Tank Woods | Woodlands | G83 8RB
How to identify a Woodland? A woodland is a habitat where trees are the dominant plant form. The individual tree canopies usually overlap and interconnect, often forming a continuous canopy which shades the ground to varying degrees. However, woodlands are not just trees, depending on how much light reaches the ground through the tree canopy, there will be a vast variety of other plants. These plants include mosses, ferns, and lichens as well as small flowering herbs, grasses and shrubs. The different types of plants will encourage different types of animals ranging from herbivores to carnivores. The rotting wood and decaying leaf litter offer an alternative food source for a large variety of invertebrates and the quantity of dead organic material provide the ideal habitat for fungi and bacteria to flourish. Tank Woods is only one of the many woodlands that can be found in West Dunbartonshire.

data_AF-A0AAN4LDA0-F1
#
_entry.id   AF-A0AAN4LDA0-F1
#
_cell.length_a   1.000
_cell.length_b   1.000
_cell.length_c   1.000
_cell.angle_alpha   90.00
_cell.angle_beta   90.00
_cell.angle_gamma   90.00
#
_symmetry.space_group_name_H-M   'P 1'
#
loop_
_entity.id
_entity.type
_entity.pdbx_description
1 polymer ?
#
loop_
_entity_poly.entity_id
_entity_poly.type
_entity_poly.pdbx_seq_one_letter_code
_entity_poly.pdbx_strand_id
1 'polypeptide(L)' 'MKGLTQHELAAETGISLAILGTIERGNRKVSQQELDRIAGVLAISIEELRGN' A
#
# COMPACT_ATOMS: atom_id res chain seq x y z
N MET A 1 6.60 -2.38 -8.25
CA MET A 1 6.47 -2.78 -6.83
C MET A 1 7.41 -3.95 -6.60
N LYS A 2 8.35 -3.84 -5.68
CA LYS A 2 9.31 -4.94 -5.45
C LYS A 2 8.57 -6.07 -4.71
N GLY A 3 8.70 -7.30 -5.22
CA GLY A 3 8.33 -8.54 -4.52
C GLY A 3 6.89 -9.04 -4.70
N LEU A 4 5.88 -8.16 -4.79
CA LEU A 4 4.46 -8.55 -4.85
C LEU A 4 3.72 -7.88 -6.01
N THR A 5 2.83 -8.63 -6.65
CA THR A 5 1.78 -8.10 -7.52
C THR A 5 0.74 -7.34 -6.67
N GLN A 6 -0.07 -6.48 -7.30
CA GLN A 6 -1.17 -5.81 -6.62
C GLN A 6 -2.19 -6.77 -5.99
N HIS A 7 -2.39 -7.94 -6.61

A 6ha woodland, small in extent but ecologically viable, tucked in the steep valley of a small burn.
Long narrow wood in burn valley, with a mature broadleaved woodland.
Contain good examples of Upland Oakwood and some old standard and coppice oaks and naturalised beech.
Provides good connectivity between moorland, enclosed agriculture, and the built environment.
These woods at the top (west side on the lower slopes of the western hill) of the Christie Park, got their name about 1860 because of the construction of a large tank.